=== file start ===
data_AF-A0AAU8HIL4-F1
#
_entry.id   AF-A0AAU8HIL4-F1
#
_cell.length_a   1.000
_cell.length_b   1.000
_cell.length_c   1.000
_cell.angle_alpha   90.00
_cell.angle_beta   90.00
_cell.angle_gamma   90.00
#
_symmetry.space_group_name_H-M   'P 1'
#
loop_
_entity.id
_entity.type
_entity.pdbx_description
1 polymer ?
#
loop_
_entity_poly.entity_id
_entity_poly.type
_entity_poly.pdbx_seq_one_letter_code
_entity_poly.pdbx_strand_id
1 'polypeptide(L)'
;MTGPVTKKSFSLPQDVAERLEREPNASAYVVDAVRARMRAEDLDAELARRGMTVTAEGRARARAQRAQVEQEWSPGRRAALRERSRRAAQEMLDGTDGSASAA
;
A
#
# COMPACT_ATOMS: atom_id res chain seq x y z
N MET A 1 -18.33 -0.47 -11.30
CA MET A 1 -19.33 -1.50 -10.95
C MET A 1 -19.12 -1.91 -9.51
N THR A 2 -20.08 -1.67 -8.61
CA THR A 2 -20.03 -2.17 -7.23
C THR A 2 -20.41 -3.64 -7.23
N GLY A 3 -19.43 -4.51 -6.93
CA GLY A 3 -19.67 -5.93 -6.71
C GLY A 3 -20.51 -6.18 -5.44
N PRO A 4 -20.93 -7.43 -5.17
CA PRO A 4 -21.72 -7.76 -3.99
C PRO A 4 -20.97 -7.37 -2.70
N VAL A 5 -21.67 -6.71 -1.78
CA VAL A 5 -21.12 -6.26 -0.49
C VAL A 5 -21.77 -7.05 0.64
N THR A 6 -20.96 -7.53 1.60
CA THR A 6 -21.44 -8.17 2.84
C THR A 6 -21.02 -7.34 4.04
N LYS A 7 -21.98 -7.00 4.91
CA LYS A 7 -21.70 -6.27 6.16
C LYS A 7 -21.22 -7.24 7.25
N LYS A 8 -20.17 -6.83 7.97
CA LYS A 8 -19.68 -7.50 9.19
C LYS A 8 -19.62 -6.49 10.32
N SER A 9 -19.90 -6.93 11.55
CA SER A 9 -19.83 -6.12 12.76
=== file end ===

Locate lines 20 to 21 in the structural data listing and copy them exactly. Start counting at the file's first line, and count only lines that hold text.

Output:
loop_
_entity_poly.entity_id